Posts Tagged ‘G4S’

Gitmo, London Uni, Ethiopia, Israel & Ukraine Miners

Monday, May 23rd, 2022

Gitmo, London Uni, Ethiopia, Israel & Ukraine Miners – Protests in London on Friday 23rd May 2014 included those against the continuing illegal detentions in Guantánamo, redundancies for support workers at London University, killing and human rights abuses in Ethiopia and those supporting hunger strikes in Israeli jails and strikes by miners in Ukraine.


Obama keep your promises – Trafalgar Square

A year after President Obama again pledged to close Guantánamo, activists in black hoods and orange jumpsuits in London and 40 other cities reminded him of yet another broken promise and called for the urgent release of Londoner Shaker Aamer – prisoner 239. The protest in London was part of an international day of action coordinated by the US organisation Witness Against Torture.

In the year since Obama made the promise only 12 prisoners have been released and 154 remain, subjected to appalling conditions, beatings and daily abuse of their human rights. Former London resident Shaker Aamer’s family in Battersea include a son born a few months after his capture by bandits in Afghanistan. He was one of the first transferred to Guantanamo and has been there over 12 years, despite having been cleared more than once for release.

More at Obama keep your promises.


Defend UoL Garden Halls workers – Senate House, University of London

The IWGB trade union protested at Senate House, the headquarters building of the University of London demanding proper consultation and negotiation over the redundancies of 80 workers at the University of London’s Garden Halls in Bloomsbury.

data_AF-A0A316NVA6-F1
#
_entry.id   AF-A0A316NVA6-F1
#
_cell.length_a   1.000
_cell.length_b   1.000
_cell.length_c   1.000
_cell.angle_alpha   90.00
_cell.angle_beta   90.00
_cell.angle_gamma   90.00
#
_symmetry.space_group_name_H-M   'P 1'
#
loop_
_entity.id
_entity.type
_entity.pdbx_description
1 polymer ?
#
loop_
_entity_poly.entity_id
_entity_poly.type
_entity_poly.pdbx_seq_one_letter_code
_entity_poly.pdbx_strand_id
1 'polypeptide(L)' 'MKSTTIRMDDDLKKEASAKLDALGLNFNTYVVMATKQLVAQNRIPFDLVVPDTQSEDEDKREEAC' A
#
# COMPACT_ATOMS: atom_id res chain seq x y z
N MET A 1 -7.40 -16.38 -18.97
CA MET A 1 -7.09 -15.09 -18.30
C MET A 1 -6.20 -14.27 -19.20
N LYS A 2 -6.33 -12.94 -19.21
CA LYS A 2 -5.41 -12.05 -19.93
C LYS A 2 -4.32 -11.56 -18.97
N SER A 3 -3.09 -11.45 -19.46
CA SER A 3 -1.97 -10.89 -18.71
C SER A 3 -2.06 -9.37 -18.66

Those under threat of losing their jobs include porters, cleaners and security guards and include many of those who are active in the continuing struggle for proper sick pay, holidays and pensions in the ‘3 Cosas’ campaign at London University.

Although most of the workers are members of the independent union, the Independent Workers of Great Britain, both the University and its contracted employer Cofely refuse to talk with the IWGB and recognise instead more compliant traditional unions with few if any members among the workers. The IWGB states “many of these workers have been at the University of London for decades” and “the University bears responsibility for the treatment of these workers, regardless of the fact that their roles are contracted to private companies.”

The lunchtime protest was a noisy one with with workers using a megaphone, drums, whistles and shouting to make their demands heard. They intend to come back every Friday until the end of term or until management engages in meaningful talks over the issues.

More at Defend UoL Garden Halls workers.


Oromo and Ogaden against Ethiopian killings – Old Palace Yard, Westminster

Oromo and Ogaden National Liberation Front supporters had come to protest opposite Parliament over the Ethiopian government’s killing of Oromo university students peacefully protesting the grabbing of Oromo land and calling for the release of political prisoners.

There are around 30 million Oromo living in Ethopia and adjoining areas of Somalia and they are the Largest ethnic group in the country; their language is Africa’s third most widely spoken. There were a number of democratic kingdoms in the area before they were conquered in the late nineteenth century by Abyssinian emperor Menlik II, aided by the European colonial powers and their modern weapons. Around half the Oromo are said to have been killed in these wars and since then successive regimes have made determined attempts to destroy Oromo identity – its language, culture, customs and traditions.